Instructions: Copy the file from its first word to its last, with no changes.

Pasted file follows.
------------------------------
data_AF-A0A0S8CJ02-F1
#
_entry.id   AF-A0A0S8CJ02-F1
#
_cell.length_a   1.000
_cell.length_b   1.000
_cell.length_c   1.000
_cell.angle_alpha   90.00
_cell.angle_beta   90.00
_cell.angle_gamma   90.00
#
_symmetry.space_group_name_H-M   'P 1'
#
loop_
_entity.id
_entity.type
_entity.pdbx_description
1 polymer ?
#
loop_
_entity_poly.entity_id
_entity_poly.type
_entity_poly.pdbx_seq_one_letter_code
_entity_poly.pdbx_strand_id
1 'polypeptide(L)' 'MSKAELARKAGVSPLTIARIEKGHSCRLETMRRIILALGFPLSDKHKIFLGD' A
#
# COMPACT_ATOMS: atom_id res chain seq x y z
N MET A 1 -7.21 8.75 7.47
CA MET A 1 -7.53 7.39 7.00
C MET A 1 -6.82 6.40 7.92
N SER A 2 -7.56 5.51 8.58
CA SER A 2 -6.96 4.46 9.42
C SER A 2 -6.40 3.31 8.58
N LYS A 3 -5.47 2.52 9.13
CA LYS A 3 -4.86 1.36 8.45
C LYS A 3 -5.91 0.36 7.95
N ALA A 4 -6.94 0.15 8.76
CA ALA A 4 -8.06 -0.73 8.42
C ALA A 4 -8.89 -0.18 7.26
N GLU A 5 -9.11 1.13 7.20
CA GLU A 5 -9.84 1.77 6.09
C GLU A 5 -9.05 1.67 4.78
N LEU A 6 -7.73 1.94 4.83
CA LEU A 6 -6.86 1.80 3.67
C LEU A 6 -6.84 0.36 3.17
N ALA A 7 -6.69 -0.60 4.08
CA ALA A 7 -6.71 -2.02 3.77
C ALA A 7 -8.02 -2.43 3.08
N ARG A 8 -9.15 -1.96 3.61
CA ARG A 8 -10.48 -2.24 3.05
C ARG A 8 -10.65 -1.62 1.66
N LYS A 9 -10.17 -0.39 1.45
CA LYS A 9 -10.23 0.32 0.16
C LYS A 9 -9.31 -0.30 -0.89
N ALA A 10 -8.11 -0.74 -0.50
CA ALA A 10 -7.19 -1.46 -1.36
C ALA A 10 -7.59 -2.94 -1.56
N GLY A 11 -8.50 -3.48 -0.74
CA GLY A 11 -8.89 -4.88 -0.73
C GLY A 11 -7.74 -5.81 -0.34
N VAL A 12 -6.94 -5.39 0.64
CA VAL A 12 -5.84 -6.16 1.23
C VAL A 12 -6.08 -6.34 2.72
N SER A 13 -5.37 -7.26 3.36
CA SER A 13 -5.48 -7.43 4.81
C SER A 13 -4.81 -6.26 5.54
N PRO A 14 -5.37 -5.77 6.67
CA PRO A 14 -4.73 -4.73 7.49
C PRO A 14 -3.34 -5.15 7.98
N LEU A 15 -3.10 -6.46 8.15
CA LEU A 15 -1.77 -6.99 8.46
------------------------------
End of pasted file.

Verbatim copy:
data_AF-A0A0S8CJ02-F1
#
_entry.id   AF-A0A0S8CJ02-F1
#
_cell.length_a   1.000
_cell.length_b   1.000
_cell.length_c   1.000
_cell.angle_alpha   90.00
_cell.angle_beta   90.00
_cell.angle_gamma   90.00
#
_symmetry.space_group_name_H-M   'P 1'
#
loop_
_entity.id
_entity.type
_entity.pdbx_description
1 polymer ?
#
loop_
_entity_poly.entity_id
_entity_poly.type
_entity_poly.pdbx_seq_one_letter_code
_entity_poly.pdbx_strand_id
1 'polypeptide(L)' 'MSKAELARKAGVSPLTIARIEKGHSCRLETMRRIILALGFPLSDKHKIFLGD' A
#
# COMPACT_ATOMS: atom_id res chain seq x y z
N MET A 1 -7.21 8.75 7.47
CA MET A 1 -7.53 7.39 7.00
C MET A 1 -6.82 6.40 7.92
N SER A 2 -7.56 5.51 8.58
CA SER A 2 -6.96 4.46 9.42
C SER A 2 -6.40 3.31 8.58
N LYS A 3 -5.47 2.52 9.13
CA LYS A 3 -4.86 1.36 8.45
C LYS A 3 -5.91 0.36 7.95
N ALA A 4 -6.94 0.15 8.76
CA ALA A 4 -8.06 -0.73 8.42
C ALA A 4 -8.89 -0.18 7.26
N GLU A 5 -9.11 1.13 7.20
CA GLU A 5 -9.84 1.77 6.09
C GLU A 5 -9.05 1.67 4.78
N LEU A 6 -7.73 1.94 4.83
CA LEU A 6 -6.86 1.80 3.67
C LEU A 6 -6.84 0.36 3.17
N ALA A 7 -6.69 -0.60 4.08
CA ALA A 7 -6.71 -2.02 3.77
C ALA A 7 -8.02 -2.43 3.08
N ARG A 8 -9.15 -1.96 3.61
CA ARG A 8 -10.48 -2.24 3.05
C ARG A 8 -10.65 -1.62 1.66
N LYS A 9 -10.17 -0.39 1.45
CA LYS A 9 -10.23 0.32 0.16
C LYS A 9 -9.31 -0.30 -0.89
N ALA A 10 -8.11 -0.74 -0.50
CA ALA A 10 -7.19 -1.46 -1.36
C ALA A 10 -7.59 -2.94 -1.56
N GLY A 11 -8.50 -3.48 -0.74
CA GLY A 11 -8.89 -4.88 -0.73
C GLY A 11 -7.74 -5.81 -0.34
N VAL A 12 -6.94 -5.39 0.64
CA VAL A 12 -5.84 -6.16 1.23
C VAL A 12 -6.08 -6.34 2.72
N SER A 13 -5.37 -7.26 3.36
CA SER A 13 -5.48 -7.43 4.81
C SER A 13 -4.81 -6.26 5.54
N PRO A 14 -5.37 -5.77 6.67
CA PRO A 14 -4.73 -4.73 7.49
C PRO A 14 -3.34 -5.15 7.98
N LEU A 15 -3.10 -6.46 8.15
CA LEU A 15 -1.77 -6.99 8.46